IKEA, the world’s most popular purveyor of meatballs and medium-density fiberboard side tables, recently launched its “rustic/industrial” Winter 2012 collection. “Our designers took inspiration from public places, utilitarian function and down-to-earth materials to create many of the products arriving at IKEA this month,” proclaimed IKEA Design spokesperson Janice Simonsen in a news release.

Fabulous! However, once again, it seems that the flat-pack furnishings and home accessories sold in IKEA stores are playing second fiddle to the world-dominating mega-retailer’s non-merch-related activities. You know, erecting urban housing developments, launching boutique hotel chains, murdering books and such.

The latest announcement out of IKEA-land is a rather huge one and not entirely surprising considering the retailer’s tireless activity in the environmental sustainability department, which, most notably, has involved installing 342,000 solar panels atop its stores. Currently, 34 American IKEA stores and distribution centers boast solar arrays and there are several more underway. And more recently, IKEA has pledged to sell only low-priced LED bulbs and to convert all in-store lighting to LEDs by the year 2016. And let’s not forget that the Swedish-based retailer was the original banner of disposable shopping bags, at least in the American retail sector.

Now, as outlined in an ambitious new sustainability strategy dubbed People & Planet Positive, IKEA is striving toward complete energy independence. The company will produce as much energy as it consumes by the year 2020 through a $1.95 billion investment in solar and wind projects. In the shorter term, the company strives to harness 70 percent of its energy demand from renewable energy sources within the next three years.

In addition to the aforementioned PV arrays that produce as much as 27 percent of the company’s electricity, IKEA already owns wind farms in six European countries that, in 2011, generated 152 gigawatt hours of electricity. This is about 12 percent of the electricity needed to power retailer's stores and distribution centers.

So far, I'd say IKEA is off to an excellent start.

“We want to create a better every day for the many people. A better life includes living more sustainably, says IKEA Group CEO Mikael Ohlsson in a press release issued by the retailer. “We have been working towards that goal for many years and have already done a lot, and we are now ready to take the next big step. 'People & Planet Positive' will help us to do that; transforming our business and having an even greater positive impact on the world.” Ohlsson adds that his company is of the belief that "sustainability should not be a luxury good."

Designed to “protect the company from price shocks and tap into the consumers’ desire for a greener lifestyle” in the words of The Guardian, the People & Planet Positive plan doesn’t just entail a not-so-dramatic shift towards renewable energy sources and elevated efficiency. It’s a three-point strategy that also includes “offering products and solutions that help customers to save money by using less energy and water and reducing waste” along with “taking the lead in creating a better life for the people and communities, which includes supporting the development of good places to work throughout the IKEA Group supply chain.”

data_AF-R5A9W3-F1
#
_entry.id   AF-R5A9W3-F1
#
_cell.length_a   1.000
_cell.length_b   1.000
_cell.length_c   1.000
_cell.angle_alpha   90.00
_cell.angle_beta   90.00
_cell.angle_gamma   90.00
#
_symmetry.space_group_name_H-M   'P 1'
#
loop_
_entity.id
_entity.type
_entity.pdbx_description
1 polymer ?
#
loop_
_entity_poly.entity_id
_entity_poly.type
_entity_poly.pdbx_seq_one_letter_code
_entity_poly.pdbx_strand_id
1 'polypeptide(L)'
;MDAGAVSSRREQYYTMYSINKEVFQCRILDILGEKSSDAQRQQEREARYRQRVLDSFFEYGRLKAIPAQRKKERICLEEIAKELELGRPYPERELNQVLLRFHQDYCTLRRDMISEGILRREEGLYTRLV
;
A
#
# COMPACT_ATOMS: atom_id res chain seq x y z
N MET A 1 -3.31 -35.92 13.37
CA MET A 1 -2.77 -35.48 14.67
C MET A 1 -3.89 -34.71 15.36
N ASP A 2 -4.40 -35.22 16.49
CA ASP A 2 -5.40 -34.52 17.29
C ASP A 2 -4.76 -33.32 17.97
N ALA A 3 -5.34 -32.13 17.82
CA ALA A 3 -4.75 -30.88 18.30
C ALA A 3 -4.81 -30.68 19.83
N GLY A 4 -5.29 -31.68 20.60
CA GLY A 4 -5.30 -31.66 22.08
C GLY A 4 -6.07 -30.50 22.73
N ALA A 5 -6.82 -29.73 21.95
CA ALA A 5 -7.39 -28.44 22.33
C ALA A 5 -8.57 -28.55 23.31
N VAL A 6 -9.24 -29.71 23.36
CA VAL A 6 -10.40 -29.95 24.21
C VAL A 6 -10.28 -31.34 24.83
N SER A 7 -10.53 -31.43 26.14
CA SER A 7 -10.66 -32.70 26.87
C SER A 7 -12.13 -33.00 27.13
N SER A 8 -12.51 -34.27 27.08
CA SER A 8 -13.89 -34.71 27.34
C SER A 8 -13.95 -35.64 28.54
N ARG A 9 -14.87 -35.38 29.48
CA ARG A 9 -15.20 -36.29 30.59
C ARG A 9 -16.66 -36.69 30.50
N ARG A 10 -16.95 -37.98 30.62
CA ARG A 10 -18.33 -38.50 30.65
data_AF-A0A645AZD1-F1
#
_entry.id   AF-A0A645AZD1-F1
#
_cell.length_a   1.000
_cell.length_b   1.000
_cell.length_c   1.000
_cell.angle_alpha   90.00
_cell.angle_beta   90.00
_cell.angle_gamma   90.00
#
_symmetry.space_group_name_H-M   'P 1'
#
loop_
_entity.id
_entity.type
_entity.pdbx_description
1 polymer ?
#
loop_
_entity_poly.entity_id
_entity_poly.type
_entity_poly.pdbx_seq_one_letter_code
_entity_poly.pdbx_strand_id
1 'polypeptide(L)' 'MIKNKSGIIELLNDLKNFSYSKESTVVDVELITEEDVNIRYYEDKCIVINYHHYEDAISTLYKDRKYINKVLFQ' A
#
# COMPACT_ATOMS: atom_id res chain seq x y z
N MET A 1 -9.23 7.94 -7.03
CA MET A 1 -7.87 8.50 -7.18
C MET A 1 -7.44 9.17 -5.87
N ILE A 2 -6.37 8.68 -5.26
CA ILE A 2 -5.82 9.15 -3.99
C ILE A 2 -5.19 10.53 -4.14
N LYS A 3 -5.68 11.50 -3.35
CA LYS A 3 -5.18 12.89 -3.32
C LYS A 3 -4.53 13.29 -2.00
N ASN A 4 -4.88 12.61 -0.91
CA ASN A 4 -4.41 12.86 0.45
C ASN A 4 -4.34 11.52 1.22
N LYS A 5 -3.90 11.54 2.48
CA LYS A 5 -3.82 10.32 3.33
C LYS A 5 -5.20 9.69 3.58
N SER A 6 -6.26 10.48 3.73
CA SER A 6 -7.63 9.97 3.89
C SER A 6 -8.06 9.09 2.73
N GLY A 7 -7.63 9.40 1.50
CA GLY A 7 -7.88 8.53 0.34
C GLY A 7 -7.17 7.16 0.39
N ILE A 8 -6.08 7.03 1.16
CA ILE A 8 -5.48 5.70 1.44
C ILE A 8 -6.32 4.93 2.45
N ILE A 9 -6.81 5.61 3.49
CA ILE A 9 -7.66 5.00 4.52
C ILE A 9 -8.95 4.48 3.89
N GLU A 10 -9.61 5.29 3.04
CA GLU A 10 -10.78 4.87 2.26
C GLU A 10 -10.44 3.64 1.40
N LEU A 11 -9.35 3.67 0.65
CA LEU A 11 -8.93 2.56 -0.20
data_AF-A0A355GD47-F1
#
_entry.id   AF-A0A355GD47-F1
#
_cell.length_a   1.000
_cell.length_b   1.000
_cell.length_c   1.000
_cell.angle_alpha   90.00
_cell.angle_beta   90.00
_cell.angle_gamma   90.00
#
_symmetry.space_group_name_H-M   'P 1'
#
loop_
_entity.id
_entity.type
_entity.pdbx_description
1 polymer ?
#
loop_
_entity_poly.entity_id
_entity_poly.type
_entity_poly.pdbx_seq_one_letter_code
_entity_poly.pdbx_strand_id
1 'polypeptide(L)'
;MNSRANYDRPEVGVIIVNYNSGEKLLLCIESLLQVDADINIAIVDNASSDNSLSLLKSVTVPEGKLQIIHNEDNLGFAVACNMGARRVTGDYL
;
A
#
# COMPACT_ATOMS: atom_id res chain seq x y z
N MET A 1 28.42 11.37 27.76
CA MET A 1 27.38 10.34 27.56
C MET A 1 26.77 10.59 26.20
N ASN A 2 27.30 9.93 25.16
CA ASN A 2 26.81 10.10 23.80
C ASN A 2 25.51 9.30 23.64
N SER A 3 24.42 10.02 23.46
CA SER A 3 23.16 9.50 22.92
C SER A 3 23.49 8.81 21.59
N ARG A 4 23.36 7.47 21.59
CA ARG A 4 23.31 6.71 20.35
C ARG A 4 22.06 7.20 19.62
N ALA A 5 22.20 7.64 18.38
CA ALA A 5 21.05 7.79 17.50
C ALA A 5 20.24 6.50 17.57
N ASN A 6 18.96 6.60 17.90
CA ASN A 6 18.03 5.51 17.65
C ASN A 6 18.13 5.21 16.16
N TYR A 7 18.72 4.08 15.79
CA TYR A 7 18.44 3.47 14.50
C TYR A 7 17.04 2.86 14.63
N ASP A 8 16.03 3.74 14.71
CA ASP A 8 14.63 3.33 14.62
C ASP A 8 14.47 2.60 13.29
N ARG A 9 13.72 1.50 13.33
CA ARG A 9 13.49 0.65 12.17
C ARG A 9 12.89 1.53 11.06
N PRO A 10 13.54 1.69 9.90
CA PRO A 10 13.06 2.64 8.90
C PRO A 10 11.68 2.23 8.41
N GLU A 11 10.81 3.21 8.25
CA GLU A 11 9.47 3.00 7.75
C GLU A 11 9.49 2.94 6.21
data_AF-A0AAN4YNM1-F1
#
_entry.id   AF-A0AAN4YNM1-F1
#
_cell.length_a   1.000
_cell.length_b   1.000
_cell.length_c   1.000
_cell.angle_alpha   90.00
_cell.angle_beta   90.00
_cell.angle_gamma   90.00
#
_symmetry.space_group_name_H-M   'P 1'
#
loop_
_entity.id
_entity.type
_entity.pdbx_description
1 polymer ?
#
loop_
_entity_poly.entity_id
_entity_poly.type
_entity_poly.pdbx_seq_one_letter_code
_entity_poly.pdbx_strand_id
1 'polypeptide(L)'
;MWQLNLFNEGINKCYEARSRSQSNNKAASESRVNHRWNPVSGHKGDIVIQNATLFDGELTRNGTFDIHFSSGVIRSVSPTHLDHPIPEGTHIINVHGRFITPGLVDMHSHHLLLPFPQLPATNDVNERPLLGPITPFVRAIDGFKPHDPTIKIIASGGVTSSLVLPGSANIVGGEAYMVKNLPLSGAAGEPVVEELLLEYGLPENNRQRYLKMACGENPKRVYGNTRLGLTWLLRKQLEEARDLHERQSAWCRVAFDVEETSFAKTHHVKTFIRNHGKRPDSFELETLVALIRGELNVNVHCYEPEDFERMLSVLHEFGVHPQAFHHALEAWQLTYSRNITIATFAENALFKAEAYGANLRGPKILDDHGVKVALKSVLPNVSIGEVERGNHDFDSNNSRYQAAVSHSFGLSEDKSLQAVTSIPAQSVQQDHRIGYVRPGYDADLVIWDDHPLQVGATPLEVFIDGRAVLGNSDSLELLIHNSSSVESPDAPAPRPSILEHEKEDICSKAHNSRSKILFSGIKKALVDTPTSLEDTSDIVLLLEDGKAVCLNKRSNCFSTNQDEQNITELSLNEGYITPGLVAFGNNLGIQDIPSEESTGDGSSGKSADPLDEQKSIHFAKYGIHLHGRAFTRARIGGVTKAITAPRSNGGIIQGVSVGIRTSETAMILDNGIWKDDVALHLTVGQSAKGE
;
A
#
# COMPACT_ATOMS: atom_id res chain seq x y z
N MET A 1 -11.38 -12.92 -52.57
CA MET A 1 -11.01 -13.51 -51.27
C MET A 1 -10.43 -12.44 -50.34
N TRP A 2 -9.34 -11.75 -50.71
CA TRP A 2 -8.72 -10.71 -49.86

A few of the many non-energy-centric targets outlined in the strategy include sourcing half of the company's wood supply from FSC-certified forests (a bit of a controversial area for the wood-loving retailer) by 2017 and becoming completely "forest-positive" by 2020; boosting various recycling and waste-reduction schemes; engaging customers and co-workers through various eco-minded initiatives; promoting clean water projects; helping to reduce the carbon emissions of suppliers by 20 percent by the end of 2015 along with transportation-related emissions; and sourcing cotton that’s in line with the Better Cotton Initiative.

And in addition to phasing out non-efficient home appliances and lighting solutions that aren't LED over the next few years, by the end of 2015, the company aims to only use furnishing materials, packaging included, made from renewable, recycled or recyclable materials. Reads the strategy: "We will transform our entire range, making all of our products more sustainable. We will also develop and promote solutions that inspire and enable customers to live a more sustainable life at home, whether it is saving or producing energy, accessing clean water or sorting waste."

IKEA's humanitarian efforts will also continue, stronger than ever.

Hell, even the food served in IKEA cafeterias will soon be more sustainable, and, by 2013, no food waste generated at the stores will landfilled or incinerated. Perhaps in the not-so-distant future you'll be able to wash down those Swedish meatballs made from organic, grass-fed beef with a refreshing beverage made from locally sourced lingonberries after a long day of IKEA shopping.

Have leftovers? Not to fear, they'll be composted in a KOMPPÅSJT BJIND composter behind the store. Or something.

You can read the whole People & Planet Positive strategy here (PDF). Any thoughts?

Via [The Guardian], [Reuters]

MNN tease photo: Gerard Stolk (Retour d'Ecosse)/Flickr

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Matt Hickman ( @mattyhick ) writes about design, architecture and the intersection between the natural world and the built environment.

Blue bags for a greener future: IKEA unveils People & Planet Positive strategy
Firm in the belief that 'sustainability should not be a luxury good,' IKEA releases a sustainability strategy that, among many things, finds the retailer strivi